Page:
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PROVISION OF EYE HEALTH EQUIPMENT AND TRAINING

is funded by the Australian Government, Department of Health, and is co-led by Brien Holden Vision Institute with the Australian College of Optometry following a consortium approach with the Aboriginal Health Council of South Australia,
the Centre for Eye Health and Optometry Australia.

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About the program

The program funds the installation of eye health testing equipment, and the training and support for the health services using the equipment in 155 sites across Australia. In many sites, the equipment installed is a non-mydriatic (without pupil dilation) retinal camera, and/or a slit lamp where required to primary health care clinics who provide care to Aboriginal and/or Torres Strait Islander people. Training on using the cameras is being delivered to Aboriginal health workers, nurses, general practitioners and any other relevant personnel.

The overarching aim of the program is to increase the rates of diabetic retinopathy screening by Indigenous primary health care services and supporting referral pathways for comprehensive eye examinations. Community engagement is a key principle and translates as direct engagement with relevant regional or state-wide eye health groups, to ensure retinal photography complements the exiting eye care and primary health care services in the region.

Provision of Eye Health Equipment and Training

Diabetes related blindness in Aboriginal Australians is 14 times higher than in non-Indigenous populations and 94% of vision loss in Aboriginal communities is preventable or treatable. These worrying facts have motivated action by the Australian Government to fund a national program providing eye health testing equipment, and also training and support for the health services using the equipment, in more than 100 sites across Australia.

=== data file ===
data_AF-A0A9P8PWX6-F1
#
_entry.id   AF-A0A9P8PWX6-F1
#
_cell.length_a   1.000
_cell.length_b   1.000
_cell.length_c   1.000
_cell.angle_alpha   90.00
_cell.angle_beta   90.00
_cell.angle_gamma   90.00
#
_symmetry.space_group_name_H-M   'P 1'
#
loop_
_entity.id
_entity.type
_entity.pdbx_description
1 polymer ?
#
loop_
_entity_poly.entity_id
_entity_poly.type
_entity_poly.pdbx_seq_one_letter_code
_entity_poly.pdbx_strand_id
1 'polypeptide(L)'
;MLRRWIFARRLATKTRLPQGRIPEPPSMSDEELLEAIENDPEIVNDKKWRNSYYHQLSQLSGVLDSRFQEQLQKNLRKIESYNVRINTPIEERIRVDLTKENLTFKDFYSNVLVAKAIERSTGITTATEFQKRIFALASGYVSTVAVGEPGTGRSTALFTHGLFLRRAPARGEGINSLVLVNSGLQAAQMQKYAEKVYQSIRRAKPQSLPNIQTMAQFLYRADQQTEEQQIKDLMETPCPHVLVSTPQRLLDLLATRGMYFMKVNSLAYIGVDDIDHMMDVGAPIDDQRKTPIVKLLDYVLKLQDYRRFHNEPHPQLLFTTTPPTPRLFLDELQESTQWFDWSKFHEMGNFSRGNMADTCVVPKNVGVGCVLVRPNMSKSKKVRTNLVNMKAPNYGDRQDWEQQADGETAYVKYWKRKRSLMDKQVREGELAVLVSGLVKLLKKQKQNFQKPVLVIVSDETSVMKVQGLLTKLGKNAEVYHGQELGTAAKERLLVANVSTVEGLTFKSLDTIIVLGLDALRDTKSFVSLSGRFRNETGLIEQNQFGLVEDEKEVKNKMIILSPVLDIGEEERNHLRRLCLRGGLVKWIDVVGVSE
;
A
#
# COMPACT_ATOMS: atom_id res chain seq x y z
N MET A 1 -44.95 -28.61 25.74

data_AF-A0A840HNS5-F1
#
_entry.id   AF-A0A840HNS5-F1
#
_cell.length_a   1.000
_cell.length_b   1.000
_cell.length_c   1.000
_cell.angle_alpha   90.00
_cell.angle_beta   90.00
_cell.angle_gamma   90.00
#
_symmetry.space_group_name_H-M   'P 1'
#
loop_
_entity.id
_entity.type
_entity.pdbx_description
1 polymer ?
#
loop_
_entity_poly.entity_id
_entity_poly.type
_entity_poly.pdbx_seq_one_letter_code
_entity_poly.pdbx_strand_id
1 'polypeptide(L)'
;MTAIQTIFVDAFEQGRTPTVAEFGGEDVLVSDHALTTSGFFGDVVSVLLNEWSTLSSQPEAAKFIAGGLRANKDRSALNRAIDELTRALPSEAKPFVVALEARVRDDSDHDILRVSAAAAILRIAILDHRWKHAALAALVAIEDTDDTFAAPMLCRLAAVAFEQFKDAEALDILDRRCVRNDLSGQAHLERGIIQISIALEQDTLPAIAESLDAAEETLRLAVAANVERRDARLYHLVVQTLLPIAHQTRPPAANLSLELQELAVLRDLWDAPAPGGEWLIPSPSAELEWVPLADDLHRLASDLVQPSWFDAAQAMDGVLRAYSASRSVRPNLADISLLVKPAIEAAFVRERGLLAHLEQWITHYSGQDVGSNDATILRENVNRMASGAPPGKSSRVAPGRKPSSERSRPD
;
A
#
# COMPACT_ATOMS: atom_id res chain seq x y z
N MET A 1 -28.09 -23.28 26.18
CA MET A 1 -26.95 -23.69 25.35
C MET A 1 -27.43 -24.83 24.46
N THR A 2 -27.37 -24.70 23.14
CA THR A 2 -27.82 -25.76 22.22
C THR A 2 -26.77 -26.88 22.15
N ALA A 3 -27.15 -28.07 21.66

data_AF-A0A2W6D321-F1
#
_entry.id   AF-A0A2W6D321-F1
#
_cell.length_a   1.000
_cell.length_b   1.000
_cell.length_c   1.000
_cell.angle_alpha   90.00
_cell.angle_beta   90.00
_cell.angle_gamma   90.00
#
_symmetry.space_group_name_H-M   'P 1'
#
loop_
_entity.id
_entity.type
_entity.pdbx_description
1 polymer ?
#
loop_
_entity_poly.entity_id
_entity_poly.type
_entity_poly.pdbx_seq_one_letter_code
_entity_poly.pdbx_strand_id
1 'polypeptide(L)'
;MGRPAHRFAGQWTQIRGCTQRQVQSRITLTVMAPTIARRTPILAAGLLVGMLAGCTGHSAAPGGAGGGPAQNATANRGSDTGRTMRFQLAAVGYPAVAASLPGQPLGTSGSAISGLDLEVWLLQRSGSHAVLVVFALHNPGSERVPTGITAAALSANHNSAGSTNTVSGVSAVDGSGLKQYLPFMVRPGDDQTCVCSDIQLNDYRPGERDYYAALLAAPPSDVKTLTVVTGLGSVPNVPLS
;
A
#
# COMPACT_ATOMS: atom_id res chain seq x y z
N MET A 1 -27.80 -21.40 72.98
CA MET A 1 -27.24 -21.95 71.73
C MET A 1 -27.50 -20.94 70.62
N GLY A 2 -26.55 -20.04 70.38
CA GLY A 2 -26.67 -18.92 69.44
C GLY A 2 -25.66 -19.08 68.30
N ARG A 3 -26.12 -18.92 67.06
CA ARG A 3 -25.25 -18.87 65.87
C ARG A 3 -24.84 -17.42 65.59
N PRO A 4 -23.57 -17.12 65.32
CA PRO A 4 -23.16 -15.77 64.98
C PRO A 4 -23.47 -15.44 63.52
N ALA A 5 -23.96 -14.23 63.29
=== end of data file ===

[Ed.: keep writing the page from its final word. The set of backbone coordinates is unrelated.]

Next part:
We applied to coordinate the new program Provision of Eye Health Equipment and Training supported by the Department of Health, and are co-leading with The Australian College of Optometry through a consortium approach with the Aboriginal Health Council of South Australia, the Centre for Eye Health and Optometry Australia.

The consortium will work collaboratively to implement the integrated program with guidance from an advisory group of representatives from the Aboriginal and Torres Strait Islander health service sector and aims to greatly increase access to detection and appropriate care of eye disease.

The map below shows the locations across Australia where the equipment is being provided. Recipient locations are determined by Commonwealth Department of Health, following the National Eye Care Equipment Inventory Project conducted by The Fred Hollows Foundation. The retinal cameras are being rolled out to 155 locations across Australia. Locations receiving a camera are in orange and locations that have been trained are in green.

Training provided at each site

Every primary health care service receiving a retinal camera is provided with a comprehensive training package to enable the functional use of the eye health testing equipment. Training package includes:

Retinal camera training for primary health care workers    
  • 2 hours online provided by Brien Holden Vision Institute Academy
  • 1 day face-to-face training provided by Consortium members plus local co-trainer
  • Up to one day of follow up provided by the regular optometrist to that location
Retinal image assessment  
  •  2 hours online provided by the Centre for Eye Health
  • Online grading provided by the Centre for Eye Health until June 2020
Retinal Camera